Our students are hard at work strengthening the church in northern Ghana.  In a little over a year and a half, our students have planted 18 churches.  Most of our students are either recent church planters or are being prepared to be church planters.  So many church leaders have requested to take our training that in January 2016 we are adding two additional classes, which we project will bring our total number of students to over 100. 

One last, quick story illustrating the importance of our training.  One Sunday I was preaching at the church of one of our students.  Like many preachers, I began by saying something along the lines of "if you have your Bibles please turn to..."  I would estimate of the two hundred or so people there fewer than twenty had a Bible.  After the service, I asked the pastor about it to see if my observation was correct.  It was.  For various reasons, including illiteracy, poverty, and the difficulties in getting a Bible in their own language, fewer than 20% of the families in his church had access to a Bible.  That means, for the vast majority of his congregation the only thing they knew about Christianity comes from the pastor's sermons.  That puts a huge responsibility on the pastor to be able to preach the Bible well.  As a result of our work in northern Ghana, are students are becoming better at reading, understanding, and preaching the Bible.  The churches in northern Ghana are strengthened because of it.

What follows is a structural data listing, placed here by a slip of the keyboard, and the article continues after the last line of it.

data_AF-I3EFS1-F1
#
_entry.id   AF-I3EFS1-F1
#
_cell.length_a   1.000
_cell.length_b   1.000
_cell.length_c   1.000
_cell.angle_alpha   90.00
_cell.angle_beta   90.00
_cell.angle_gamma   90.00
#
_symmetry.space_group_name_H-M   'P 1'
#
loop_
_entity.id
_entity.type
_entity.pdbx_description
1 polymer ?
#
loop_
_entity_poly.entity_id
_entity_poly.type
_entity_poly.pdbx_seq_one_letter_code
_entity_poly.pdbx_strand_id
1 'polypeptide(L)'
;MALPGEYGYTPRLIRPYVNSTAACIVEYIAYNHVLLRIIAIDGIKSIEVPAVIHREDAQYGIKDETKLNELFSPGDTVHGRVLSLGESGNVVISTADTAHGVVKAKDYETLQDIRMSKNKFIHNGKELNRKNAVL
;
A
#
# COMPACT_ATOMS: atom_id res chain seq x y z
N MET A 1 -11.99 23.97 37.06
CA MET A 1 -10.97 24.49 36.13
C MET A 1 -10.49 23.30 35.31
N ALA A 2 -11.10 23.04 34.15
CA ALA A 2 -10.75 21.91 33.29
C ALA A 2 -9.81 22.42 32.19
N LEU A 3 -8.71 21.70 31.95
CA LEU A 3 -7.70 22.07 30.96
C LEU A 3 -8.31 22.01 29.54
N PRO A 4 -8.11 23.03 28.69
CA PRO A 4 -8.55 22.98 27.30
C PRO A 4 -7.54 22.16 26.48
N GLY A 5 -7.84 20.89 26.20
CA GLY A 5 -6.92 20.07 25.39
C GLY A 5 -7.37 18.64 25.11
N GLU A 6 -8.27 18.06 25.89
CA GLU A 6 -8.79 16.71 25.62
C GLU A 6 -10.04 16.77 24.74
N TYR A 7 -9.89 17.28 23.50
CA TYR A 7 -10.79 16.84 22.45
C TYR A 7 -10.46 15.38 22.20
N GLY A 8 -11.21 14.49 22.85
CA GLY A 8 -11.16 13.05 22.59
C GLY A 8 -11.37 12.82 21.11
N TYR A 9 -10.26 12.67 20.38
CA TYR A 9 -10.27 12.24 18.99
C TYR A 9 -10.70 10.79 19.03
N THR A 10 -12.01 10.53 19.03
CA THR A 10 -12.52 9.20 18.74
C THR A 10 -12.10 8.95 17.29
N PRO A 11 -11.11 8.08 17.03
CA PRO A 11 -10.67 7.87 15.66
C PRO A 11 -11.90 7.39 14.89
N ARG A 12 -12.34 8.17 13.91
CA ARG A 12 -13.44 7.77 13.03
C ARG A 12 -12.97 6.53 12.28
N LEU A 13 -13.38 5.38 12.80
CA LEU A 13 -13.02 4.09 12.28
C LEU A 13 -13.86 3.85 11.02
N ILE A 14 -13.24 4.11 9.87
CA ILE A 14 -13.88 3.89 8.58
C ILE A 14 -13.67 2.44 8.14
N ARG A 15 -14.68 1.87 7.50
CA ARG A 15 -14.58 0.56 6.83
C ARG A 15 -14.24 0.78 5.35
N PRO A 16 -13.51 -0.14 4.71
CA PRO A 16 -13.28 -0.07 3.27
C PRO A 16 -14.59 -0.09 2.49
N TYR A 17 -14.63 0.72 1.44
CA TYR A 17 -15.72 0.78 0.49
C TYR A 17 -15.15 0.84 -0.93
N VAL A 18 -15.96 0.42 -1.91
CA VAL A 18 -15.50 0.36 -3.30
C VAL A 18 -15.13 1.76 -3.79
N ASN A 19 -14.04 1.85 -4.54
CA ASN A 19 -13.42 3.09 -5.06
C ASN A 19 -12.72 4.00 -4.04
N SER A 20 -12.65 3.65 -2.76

Paul Smith is an International Trainer with TLI and Site Director for Ghana. TLI has teaching trips to Ghana scheduled in January and June of 2016. If you are interested in teaching in northern Ghana, click here. For a list of other TLI trips and needs, click here .

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Is the Modern Missions Movement Anti-Local Church?

Apr. 29, 2014By: Darren CarlsonAuthor Bio

Visit most campus ministries in the US and you will find new believers being discipled by ministry staff, students growing in their faith, attending Bible studies and worship services through the week. Almost none of them will be part of a church - including staff.

Many of these Christians have then hit the mission field, getting support frimgresom friends or the churches that their uncle, cousin or friend from 2nd grade attends who want to designate some money in their budget for missionaries. Steve Shadrach, who does the primary support-raising seminars for support-based positions (campus ministries, missionaries, etc.), recommends not approaching churches when looking for support. They are too slow! These missionaries, having raised support head overseas with a team, an autonomous group that partners with local ministries. None of them will get involved in the ministry of a local church. Most will not attend a church at all!

When Kevin DeYoung and Ted Kluck wrote Why We Love the Church, it was not just about combating the emergent church movement and "progressive evangelicals." It spoke to a bigger problem. Not only were people at ease in frequently criticizing Christ's bride, there seemed to be a lot of people doing "ministry" without any connection to a local church. Do a little research of your own: Go to a local Christian school and see how many faculty members are plugged into a local church. Then head to the closest college campus ministry and see if their staff have a church to call home and whether they encourage any students to attend any church. Really - go to any type of para-church ministry. Most likely, what you will find is the majority of people see no need. They emphasize the global church and their personal relationship with Jesus.